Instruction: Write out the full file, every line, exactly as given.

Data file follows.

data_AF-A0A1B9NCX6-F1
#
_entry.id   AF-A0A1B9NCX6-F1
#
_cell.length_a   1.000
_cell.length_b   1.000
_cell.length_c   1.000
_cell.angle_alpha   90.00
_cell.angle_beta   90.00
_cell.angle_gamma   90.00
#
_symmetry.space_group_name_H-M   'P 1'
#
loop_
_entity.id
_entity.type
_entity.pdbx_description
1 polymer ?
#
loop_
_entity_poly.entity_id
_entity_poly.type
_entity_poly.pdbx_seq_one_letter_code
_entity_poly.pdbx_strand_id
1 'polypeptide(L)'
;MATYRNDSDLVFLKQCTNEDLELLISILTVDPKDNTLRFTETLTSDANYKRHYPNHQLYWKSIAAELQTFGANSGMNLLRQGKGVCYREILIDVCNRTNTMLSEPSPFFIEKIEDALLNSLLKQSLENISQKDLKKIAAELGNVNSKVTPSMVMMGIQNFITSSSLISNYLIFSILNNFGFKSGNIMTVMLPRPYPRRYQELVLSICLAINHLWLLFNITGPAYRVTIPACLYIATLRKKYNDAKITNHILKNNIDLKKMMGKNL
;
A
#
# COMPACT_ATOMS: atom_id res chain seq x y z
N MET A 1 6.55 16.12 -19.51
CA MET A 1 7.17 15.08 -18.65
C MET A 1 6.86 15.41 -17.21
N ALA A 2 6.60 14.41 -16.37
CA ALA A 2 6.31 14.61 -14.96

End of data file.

data_AF-A0A1B9NCX6-F1
#
_entry.id   AF-A0A1B9NCX6-F1
#
_cell.length_a   1.000
_cell.length_b   1.000
_cell.length_c   1.000
_cell.angle_alpha   90.00
_cell.angle_beta   90.00
_cell.angle_gamma   90.00
#
_symmetry.space_group_name_H-M   'P 1'
#
loop_
_entity.id
_entity.type
_entity.pdbx_description
1 polymer ?
#
loop_
_entity_poly.entity_id
_entity_poly.type
_entity_poly.pdbx_seq_one_letter_code
_entity_poly.pdbx_strand_id
1 'polypeptide(L)'
;MATYRNDSDLVFLKQCTNEDLELLISILTVDPKDNTLRFTETLTSDANYKRHYPNHQLYWKSIAAELQTFGANSGMNLLRQGKGVCYREILIDVCNRTNTMLSEPSPFFIEKIEDALLNSLLKQSLENISQKDLKKIAAELGNVNSKVTPSMVMMGIQNFITSSSLISNYLIFSILNNFGFKSGNIMTVMLPRPYPRRYQELVLSICLAINHLWLLFNITGPAYRVTIPACLYIATLRKKYNDAKITNHILKNNIDLKKMMGKNL
;
A
#
# COMPACT_ATOMS: atom_id res chain seq x y z
N MET A 1 6.55 16.12 -19.51
CA MET A 1 7.17 15.08 -18.65
C MET A 1 6.86 15.41 -17.21
N ALA A 2 6.60 14.41 -16.37
CA ALA A 2 6.31 14.61 -14.96